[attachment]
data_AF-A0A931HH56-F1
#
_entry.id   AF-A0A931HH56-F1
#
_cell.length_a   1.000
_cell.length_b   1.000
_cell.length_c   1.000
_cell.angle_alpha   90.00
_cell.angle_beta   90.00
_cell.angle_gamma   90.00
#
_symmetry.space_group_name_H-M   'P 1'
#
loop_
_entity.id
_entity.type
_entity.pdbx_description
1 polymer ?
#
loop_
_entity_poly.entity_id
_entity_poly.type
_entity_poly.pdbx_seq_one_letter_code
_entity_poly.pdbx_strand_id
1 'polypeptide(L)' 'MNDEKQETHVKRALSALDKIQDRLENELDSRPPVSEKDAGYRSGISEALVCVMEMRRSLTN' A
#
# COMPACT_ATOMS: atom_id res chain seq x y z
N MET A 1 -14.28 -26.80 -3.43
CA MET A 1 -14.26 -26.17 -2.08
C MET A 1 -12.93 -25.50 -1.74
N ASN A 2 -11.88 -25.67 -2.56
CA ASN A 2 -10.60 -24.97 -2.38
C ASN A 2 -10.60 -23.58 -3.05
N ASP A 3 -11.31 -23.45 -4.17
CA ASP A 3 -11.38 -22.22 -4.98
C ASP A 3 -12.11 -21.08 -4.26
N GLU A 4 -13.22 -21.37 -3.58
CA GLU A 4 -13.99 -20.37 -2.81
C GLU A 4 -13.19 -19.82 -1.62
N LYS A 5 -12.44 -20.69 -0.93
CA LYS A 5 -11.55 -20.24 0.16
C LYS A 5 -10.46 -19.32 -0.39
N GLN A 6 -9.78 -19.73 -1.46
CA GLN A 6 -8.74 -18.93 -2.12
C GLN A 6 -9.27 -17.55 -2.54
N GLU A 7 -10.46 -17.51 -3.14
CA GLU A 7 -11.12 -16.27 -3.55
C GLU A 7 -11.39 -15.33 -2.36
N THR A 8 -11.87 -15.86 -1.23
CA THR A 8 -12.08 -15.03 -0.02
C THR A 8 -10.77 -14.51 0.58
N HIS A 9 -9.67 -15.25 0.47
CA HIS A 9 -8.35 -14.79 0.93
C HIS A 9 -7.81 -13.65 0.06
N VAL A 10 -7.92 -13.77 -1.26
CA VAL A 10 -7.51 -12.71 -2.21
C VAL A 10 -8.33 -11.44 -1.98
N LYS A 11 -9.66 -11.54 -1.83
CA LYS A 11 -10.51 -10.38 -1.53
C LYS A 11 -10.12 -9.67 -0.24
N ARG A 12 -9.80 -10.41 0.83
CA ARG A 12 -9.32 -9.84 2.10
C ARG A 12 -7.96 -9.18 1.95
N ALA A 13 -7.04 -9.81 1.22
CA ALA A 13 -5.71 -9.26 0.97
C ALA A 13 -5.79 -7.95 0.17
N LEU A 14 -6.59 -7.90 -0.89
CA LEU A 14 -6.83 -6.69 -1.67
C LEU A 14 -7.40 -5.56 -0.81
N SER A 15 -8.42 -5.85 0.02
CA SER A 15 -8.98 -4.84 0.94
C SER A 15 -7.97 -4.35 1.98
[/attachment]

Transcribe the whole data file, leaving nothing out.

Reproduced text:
data_AF-A0A931HH56-F1
#
_entry.id   AF-A0A931HH56-F1
#
_cell.length_a   1.000
_cell.length_b   1.000
_cell.length_c   1.000
_cell.angle_alpha   90.00
_cell.angle_beta   90.00
_cell.angle_gamma   90.00
#
_symmetry.space_group_name_H-M   'P 1'
#
loop_
_entity.id
_entity.type
_entity.pdbx_description
1 polymer ?
#
loop_
_entity_poly.entity_id
_entity_poly.type
_entity_poly.pdbx_seq_one_letter_code
_entity_poly.pdbx_strand_id
1 'polypeptide(L)' 'MNDEKQETHVKRALSALDKIQDRLENELDSRPPVSEKDAGYRSGISEALVCVMEMRRSLTN' A
#
# COMPACT_ATOMS: atom_id res chain seq x y z
N MET A 1 -14.28 -26.80 -3.43
CA MET A 1 -14.26 -26.17 -2.08
C MET A 1 -12.93 -25.50 -1.74
N ASN A 2 -11.88 -25.67 -2.56
CA ASN A 2 -10.60 -24.97 -2.38
C ASN A 2 -10.60 -23.58 -3.05
N ASP A 3 -11.31 -23.45 -4.17
CA ASP A 3 -11.38 -22.22 -4.98
C ASP A 3 -12.11 -21.08 -4.26
N GLU A 4 -13.22 -21.37 -3.58
CA GLU A 4 -13.99 -20.37 -2.81
C GLU A 4 -13.19 -19.82 -1.62
N LYS A 5 -12.44 -20.69 -0.93
CA LYS A 5 -11.55 -20.24 0.16
C LYS A 5 -10.46 -19.32 -0.39
N GLN A 6 -9.78 -19.73 -1.46
CA GLN A 6 -8.74 -18.93 -2.12
C GLN A 6 -9.27 -17.55 -2.54
N GLU A 7 -10.46 -17.51 -3.14
CA GLU A 7 -11.12 -16.27 -3.55
C GLU A 7 -11.39 -15.33 -2.36
N THR A 8 -11.87 -15.86 -1.23
CA THR A 8 -12.08 -15.03 -0.02
C THR A 8 -10.77 -14.51 0.58
N HIS A 9 -9.67 -15.25 0.47
CA HIS A 9 -8.35 -14.79 0.93
C HIS A 9 -7.81 -13.65 0.06
N VAL A 10 -7.92 -13.77 -1.26
CA VAL A 10 -7.51 -12.71 -2.21
C VAL A 10 -8.33 -11.44 -1.98
N LYS A 11 -9.66 -11.54 -1.83
CA LYS A 11 -10.51 -10.38 -1.53
C LYS A 11 -10.12 -9.67 -0.24
N ARG A 12 -9.80 -10.41 0.83
CA ARG A 12 -9.32 -9.84 2.10
C ARG A 12 -7.96 -9.18 1.95
N ALA A 13 -7.04 -9.81 1.22
CA ALA A 13 -5.71 -9.26 0.97
C ALA A 13 -5.79 -7.95 0.17
N LEU A 14 -6.59 -7.90 -0.89
CA LEU A 14 -6.83 -6.69 -1.67
C LEU A 14 -7.40 -5.56 -0.81
N SER A 15 -8.42 -5.85 0.02
CA SER A 15 -8.98 -4.84 0.94
C SER A 15 -7.97 -4.35 1.98